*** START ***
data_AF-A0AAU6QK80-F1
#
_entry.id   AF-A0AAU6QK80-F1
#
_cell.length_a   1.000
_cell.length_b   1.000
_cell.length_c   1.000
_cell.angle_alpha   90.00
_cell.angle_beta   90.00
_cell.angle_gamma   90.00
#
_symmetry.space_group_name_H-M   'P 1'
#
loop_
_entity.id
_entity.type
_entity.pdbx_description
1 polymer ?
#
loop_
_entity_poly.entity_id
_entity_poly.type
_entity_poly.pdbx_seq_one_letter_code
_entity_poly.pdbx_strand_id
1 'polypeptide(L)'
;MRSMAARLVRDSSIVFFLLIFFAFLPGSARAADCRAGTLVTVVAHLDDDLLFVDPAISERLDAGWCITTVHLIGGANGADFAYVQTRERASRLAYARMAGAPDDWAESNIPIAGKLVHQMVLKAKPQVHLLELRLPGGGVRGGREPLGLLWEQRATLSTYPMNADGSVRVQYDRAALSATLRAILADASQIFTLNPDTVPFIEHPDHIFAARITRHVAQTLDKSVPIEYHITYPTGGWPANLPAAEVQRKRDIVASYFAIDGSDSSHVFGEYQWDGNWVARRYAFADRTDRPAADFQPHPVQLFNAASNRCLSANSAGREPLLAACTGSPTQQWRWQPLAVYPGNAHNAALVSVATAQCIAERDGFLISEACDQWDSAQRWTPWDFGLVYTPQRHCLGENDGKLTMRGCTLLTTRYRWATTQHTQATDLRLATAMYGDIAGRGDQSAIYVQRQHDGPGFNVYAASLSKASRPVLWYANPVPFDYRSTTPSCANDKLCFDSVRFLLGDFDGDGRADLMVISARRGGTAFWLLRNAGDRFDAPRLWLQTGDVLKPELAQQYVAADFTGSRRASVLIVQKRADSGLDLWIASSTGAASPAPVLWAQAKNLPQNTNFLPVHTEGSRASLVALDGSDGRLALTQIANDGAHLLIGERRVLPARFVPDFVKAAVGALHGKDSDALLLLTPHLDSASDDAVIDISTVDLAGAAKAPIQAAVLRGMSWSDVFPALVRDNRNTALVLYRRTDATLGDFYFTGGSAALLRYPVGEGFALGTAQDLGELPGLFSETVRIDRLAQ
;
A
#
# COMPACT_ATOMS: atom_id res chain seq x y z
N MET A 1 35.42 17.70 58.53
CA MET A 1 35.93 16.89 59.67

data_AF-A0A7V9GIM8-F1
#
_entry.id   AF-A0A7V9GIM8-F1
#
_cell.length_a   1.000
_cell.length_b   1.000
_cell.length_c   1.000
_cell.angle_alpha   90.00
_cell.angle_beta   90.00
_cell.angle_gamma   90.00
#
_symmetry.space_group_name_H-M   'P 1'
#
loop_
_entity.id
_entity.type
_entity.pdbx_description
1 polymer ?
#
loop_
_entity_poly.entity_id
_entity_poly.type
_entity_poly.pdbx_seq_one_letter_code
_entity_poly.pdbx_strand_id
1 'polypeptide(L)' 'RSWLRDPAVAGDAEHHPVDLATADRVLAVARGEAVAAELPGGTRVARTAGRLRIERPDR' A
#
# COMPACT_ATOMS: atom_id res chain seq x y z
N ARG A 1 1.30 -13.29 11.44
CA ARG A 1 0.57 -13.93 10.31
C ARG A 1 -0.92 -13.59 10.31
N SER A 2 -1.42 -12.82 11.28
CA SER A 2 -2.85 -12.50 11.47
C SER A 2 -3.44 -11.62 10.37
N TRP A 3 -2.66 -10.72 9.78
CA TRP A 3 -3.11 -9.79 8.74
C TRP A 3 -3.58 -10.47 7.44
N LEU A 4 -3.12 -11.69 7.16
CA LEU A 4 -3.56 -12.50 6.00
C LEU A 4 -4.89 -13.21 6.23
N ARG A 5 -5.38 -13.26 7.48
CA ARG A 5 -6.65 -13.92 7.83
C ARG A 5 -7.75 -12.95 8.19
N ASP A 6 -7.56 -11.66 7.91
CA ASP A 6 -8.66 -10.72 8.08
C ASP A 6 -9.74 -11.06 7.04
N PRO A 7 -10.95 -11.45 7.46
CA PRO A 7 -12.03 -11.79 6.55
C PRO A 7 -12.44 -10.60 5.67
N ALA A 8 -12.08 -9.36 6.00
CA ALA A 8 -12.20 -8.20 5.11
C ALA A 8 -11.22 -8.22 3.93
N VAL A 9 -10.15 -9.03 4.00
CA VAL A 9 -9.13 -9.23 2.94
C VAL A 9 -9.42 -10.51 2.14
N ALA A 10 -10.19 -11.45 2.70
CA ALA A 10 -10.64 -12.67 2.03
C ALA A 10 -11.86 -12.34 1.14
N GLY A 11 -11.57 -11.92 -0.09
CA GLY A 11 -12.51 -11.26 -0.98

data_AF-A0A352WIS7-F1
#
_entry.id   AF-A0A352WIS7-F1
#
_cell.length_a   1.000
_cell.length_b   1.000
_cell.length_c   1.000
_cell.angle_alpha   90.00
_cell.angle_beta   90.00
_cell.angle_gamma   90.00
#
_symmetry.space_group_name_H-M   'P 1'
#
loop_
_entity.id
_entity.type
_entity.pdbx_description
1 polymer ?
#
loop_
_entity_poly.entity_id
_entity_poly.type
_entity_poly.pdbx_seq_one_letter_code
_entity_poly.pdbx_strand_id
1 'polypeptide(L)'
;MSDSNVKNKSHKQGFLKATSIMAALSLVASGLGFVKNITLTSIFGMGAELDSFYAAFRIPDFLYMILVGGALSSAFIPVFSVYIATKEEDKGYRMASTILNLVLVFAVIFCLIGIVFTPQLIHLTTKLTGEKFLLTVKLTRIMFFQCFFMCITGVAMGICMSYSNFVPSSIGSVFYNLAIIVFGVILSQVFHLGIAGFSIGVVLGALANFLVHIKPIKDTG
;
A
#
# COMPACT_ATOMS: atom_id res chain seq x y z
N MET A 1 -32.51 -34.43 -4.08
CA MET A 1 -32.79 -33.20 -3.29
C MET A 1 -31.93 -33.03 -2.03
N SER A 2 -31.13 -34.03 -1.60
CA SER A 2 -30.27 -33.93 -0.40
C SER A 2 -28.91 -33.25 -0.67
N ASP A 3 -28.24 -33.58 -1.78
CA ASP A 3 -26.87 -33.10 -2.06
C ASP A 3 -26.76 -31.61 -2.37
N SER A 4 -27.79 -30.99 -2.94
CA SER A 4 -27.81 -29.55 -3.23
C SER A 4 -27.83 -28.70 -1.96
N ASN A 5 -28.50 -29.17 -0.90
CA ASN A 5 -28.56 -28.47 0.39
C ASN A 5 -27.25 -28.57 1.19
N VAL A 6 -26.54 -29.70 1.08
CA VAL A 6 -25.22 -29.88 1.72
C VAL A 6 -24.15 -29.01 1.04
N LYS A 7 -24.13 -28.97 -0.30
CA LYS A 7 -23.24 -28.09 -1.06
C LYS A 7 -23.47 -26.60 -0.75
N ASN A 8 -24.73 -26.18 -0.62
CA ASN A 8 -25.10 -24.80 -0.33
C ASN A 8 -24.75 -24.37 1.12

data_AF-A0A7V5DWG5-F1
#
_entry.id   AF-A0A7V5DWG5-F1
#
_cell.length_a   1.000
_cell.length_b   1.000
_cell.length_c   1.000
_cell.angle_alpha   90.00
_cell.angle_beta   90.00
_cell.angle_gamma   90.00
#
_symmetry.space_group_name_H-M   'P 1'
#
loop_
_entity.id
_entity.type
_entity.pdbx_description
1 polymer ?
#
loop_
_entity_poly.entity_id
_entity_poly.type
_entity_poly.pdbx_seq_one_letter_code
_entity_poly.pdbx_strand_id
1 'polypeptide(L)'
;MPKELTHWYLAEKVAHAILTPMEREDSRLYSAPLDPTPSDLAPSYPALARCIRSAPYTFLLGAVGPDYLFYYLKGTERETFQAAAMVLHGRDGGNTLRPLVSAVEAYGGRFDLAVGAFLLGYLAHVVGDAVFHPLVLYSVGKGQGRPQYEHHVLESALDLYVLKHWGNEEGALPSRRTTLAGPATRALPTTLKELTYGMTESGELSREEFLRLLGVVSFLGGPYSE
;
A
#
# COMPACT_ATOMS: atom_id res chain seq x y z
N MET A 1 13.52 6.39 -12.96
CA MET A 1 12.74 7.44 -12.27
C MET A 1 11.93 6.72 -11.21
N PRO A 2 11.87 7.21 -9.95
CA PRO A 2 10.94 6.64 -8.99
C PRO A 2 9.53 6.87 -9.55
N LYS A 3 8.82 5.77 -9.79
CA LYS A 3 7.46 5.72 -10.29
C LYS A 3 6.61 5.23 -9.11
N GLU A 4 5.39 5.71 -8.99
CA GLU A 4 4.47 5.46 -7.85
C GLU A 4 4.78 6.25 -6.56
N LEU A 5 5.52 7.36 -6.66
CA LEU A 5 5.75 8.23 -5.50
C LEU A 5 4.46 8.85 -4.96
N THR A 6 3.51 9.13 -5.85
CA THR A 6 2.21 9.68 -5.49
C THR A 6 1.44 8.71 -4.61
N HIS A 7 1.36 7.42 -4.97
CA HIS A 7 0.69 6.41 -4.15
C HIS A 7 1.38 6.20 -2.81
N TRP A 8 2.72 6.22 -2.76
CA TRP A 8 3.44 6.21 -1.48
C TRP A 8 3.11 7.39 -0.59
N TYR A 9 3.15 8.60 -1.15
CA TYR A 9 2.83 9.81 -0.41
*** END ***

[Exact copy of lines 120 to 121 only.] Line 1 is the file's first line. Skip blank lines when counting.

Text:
#
# COMPACT_ATOMS: atom_id res chain seq x y z